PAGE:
Scuba diving in Gili Air was incredible. I had heard that it would be incomparable in Indonesia and I was not let down. I saw more sea life than I could process, from tiny coral-bound organisms to huge sea turtles to families of Nemos, it was everything I wanted and more, and one of the highlights of my trip. I am hooked. I want to go back and get certified. I want to see the wonder of that world every single day.
I was the only person signed up to do the Discover Scuba Diving so I had a private lesson with my instructor Gareth. DSD starts out in the pool learning how to breathe. I had already done this in Colombia, which Gareth was thrilled to hear. We flew through the pool stuff. He even taught me some more advanced things like how to control my buoyancy with my breathing. I still finished 45 minutes ahead of schedule and had a break before it was time to go out in the boat.
We did a quick “here’s what we might see today” lesson before getting into the boat with everyone else. Gareth and I were first in the water – sit on the edge, hold on your mask and breathing apparatus, fall backwards in to the water – and I promptly smacked my head on a metal bar. Fucking A. It hurt but no matter. We swam a little away from the boat and descended.
Just like last time, I had some initial issues equalizing, but he just lifted me up a little and my ears figured it out, and I didn’t have any more problems the rest of the dive. In fact, Gareth was such a good teacher at telling me to slow down my breathing, that I didn’t even come close to running out of air. The dive ends one of two ways: your air tank gets to 50, or you hit 60 minutes underwater. Gareth has never had a DSD stay under for 60 minutes. Until me. When 60 minutes had passed Gareth made me go to the surface. I would’ve kept going, my tank was still at 80. He was stunned. When we got back he told other people at the dive center. He said I really should get certified, I would be so easy to teach.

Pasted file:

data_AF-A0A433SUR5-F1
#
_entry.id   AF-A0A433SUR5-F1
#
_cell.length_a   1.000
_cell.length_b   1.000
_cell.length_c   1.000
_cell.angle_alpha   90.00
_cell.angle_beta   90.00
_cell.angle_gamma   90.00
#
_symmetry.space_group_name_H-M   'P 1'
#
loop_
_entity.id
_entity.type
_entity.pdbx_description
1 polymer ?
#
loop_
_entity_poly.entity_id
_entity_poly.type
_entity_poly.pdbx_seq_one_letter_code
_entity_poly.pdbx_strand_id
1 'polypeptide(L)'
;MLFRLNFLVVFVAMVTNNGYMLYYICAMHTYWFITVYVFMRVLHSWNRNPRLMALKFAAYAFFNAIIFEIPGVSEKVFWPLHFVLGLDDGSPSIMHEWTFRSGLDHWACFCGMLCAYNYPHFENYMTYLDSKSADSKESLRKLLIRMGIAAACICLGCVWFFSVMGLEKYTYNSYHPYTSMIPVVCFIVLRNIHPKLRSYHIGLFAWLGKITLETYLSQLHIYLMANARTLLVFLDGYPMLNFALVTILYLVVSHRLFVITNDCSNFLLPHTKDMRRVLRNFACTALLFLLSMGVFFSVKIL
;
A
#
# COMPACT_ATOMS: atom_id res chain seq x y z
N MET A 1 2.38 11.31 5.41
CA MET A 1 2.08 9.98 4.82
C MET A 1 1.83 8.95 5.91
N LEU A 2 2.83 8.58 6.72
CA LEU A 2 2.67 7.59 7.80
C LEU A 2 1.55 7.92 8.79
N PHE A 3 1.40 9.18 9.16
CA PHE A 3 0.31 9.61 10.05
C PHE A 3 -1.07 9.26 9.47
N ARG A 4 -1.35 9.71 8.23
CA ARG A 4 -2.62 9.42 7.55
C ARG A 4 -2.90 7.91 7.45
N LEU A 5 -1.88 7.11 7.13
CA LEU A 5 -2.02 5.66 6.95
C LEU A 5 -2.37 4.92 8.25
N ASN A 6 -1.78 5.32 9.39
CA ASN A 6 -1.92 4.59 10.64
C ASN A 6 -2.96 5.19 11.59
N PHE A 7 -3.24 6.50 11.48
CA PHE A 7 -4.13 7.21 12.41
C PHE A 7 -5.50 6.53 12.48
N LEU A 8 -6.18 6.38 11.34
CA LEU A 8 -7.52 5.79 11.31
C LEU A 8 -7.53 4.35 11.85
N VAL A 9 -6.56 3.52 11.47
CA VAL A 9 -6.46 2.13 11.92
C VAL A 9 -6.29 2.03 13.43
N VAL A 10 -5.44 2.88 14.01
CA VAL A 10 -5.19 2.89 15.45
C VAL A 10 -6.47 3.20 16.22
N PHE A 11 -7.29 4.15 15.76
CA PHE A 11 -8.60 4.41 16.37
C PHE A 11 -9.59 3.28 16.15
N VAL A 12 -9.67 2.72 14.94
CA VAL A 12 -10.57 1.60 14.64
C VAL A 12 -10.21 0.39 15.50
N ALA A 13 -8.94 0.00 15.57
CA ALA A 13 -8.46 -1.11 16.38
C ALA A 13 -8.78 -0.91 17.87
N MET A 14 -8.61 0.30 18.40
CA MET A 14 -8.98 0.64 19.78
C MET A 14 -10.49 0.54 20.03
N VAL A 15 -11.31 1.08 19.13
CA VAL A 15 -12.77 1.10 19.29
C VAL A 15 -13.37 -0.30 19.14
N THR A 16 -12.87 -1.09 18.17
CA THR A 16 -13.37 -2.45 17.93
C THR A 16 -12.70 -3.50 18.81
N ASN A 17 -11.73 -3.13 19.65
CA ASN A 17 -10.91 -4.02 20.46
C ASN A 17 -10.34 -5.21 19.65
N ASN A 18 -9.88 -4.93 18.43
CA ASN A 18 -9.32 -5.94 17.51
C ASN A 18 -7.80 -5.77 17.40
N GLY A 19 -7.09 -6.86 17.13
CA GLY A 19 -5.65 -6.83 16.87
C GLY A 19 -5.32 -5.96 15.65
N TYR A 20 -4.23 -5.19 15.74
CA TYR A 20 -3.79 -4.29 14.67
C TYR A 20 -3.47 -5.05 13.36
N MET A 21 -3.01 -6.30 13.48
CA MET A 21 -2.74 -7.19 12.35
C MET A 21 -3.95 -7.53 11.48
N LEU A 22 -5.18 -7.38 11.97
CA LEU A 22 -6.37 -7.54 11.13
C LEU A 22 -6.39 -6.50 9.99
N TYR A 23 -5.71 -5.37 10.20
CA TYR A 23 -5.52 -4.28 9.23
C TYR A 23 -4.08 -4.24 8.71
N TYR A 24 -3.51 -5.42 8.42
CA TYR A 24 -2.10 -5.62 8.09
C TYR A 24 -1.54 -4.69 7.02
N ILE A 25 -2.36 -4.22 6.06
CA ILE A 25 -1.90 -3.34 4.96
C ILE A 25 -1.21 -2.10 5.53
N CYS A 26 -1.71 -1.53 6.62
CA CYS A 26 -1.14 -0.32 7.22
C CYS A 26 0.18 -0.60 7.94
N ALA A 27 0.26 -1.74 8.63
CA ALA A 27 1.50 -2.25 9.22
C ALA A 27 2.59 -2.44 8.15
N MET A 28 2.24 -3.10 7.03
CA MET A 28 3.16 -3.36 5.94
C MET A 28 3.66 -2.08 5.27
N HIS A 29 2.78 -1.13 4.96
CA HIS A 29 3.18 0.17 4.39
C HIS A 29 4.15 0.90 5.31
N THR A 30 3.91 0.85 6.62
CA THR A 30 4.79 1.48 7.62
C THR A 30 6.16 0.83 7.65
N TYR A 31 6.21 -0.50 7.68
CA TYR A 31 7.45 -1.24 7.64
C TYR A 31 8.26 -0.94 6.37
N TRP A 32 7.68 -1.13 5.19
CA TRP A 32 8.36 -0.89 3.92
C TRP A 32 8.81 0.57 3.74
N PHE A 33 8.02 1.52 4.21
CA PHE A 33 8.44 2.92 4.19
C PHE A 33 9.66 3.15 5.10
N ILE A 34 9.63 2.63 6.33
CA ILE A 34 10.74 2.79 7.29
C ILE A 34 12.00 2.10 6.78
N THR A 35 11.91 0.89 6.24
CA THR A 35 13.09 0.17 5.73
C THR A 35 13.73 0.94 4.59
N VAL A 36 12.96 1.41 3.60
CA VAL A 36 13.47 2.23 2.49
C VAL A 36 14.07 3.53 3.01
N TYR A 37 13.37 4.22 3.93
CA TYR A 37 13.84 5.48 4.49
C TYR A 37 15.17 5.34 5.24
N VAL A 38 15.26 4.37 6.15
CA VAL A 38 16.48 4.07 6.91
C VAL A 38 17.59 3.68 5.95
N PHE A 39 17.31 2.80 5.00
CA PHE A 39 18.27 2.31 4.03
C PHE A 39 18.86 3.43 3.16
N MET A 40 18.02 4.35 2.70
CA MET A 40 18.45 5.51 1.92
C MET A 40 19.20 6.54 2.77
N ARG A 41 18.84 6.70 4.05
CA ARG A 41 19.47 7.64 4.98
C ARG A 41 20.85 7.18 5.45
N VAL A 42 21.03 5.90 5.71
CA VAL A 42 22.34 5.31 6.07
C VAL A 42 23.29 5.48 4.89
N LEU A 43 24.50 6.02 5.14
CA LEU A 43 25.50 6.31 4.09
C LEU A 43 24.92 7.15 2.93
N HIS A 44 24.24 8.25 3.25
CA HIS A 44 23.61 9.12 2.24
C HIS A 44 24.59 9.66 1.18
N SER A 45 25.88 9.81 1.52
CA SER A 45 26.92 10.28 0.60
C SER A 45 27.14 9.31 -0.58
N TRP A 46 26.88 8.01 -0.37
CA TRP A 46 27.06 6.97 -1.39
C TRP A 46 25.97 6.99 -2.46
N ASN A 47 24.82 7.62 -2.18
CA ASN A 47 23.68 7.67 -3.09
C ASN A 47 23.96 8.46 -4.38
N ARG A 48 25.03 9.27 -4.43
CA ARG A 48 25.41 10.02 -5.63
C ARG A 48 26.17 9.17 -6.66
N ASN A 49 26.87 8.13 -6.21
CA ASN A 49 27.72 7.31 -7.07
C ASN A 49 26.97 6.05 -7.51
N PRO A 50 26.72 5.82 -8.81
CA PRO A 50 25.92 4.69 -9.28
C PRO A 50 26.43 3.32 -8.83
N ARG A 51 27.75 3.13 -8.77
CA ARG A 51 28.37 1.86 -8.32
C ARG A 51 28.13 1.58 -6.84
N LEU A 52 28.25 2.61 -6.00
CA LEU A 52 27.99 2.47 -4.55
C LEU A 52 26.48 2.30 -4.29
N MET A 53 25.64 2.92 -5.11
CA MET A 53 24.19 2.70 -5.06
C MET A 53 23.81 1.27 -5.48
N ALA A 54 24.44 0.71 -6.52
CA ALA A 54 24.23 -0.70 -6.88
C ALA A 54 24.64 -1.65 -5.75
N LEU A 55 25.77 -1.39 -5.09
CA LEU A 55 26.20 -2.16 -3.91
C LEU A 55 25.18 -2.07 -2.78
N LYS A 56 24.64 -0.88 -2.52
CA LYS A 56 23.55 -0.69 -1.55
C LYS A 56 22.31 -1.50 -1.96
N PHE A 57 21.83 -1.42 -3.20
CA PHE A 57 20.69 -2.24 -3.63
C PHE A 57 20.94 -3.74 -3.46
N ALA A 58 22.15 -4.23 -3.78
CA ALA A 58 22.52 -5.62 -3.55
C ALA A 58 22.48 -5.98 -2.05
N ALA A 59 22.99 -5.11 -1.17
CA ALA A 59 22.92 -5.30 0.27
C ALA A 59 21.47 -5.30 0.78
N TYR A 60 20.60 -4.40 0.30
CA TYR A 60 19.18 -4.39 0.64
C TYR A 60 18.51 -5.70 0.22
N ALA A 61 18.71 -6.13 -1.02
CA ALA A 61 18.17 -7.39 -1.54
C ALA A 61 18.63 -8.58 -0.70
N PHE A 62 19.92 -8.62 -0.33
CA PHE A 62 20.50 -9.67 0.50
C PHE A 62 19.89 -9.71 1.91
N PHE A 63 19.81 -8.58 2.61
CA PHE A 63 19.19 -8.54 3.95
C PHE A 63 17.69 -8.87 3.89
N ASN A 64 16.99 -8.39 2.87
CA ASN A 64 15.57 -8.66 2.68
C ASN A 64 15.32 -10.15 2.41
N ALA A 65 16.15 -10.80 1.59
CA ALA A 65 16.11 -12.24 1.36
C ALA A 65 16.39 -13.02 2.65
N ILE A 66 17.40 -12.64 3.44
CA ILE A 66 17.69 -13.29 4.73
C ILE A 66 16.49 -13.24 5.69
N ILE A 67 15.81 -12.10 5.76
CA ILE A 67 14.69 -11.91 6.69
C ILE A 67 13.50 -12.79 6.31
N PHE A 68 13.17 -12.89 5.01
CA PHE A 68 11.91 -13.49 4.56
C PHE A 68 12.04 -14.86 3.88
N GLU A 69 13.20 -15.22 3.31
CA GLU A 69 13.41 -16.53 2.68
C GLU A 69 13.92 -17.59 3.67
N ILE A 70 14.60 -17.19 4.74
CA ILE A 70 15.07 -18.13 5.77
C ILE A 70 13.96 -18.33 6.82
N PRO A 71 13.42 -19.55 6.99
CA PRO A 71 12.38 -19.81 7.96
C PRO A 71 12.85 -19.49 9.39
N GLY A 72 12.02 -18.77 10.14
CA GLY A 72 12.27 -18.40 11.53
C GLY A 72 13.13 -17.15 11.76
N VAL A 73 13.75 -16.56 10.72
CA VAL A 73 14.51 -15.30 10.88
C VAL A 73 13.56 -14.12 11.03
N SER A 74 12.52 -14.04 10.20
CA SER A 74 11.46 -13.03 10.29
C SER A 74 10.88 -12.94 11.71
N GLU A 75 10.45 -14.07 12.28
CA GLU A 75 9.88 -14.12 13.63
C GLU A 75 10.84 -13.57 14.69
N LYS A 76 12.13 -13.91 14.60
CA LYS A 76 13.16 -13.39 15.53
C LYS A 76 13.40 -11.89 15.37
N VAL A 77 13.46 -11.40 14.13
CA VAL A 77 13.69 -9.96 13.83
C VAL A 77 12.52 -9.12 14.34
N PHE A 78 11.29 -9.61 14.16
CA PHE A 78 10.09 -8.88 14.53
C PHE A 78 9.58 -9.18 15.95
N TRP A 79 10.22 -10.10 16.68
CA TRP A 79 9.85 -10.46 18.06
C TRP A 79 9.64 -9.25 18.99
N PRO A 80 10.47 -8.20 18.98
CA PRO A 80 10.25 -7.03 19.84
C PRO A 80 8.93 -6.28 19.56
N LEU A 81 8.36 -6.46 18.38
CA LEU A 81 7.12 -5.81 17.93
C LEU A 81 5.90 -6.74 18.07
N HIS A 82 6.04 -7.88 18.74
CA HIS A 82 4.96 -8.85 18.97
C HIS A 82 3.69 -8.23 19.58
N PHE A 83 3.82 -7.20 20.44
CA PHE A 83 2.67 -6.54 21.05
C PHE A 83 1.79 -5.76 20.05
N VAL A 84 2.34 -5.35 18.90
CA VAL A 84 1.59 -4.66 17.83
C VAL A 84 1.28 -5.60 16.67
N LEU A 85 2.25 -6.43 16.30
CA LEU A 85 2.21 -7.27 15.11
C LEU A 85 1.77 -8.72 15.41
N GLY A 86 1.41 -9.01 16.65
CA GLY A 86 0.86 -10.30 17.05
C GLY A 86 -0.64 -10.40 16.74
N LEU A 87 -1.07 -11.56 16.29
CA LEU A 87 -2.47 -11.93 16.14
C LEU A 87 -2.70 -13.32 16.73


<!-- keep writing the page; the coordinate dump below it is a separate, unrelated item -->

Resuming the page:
I was just enjoying it way too much to want to come up. I did figure out how to control my breathing, but I’m also just not nervous underwater. I’m too busy looking at everything around me. It’s an alternate universe in the ocean and I’m fascinated by it.
We started at a sunken pier that has turned into a reef. Coral stick to tires and fish have made this their home. We swam away from the wreck and a reef extended out further than I could tell, and visibility was perfect. Gareth would point things out from the book and I would try to get pictures on my GoPro. Twice we saw sea turtles, big ones, right next to me, and both times it took him pointing it out three times for me to finally see it. Once he even grabbed me and turned me around so I was looking right at it. I didn’t think it’d be possible to not see such a large animal but apparently it was. When I finally realized what I was looking at I would excitedly give him the ok symbol, eyes wide. He laughed. I reacted the same way with the Nemos. We saw an octopus but it was hiding inside some coral so I couldn’t really tell what it was. Too bad. The colors, the creatures, the life down there, everything about it was incredible.
I will get certified one day. I didn’t have the time in the Gilis, nor do I think it’s something I’ll spend my money on right now, but one day I’ll do it. Then I’ll go back to dive in Indonesia, and Malaysia, Belize and the Caribbean, Costa Rica, Borneo; you name a good diving spot, I want to go there.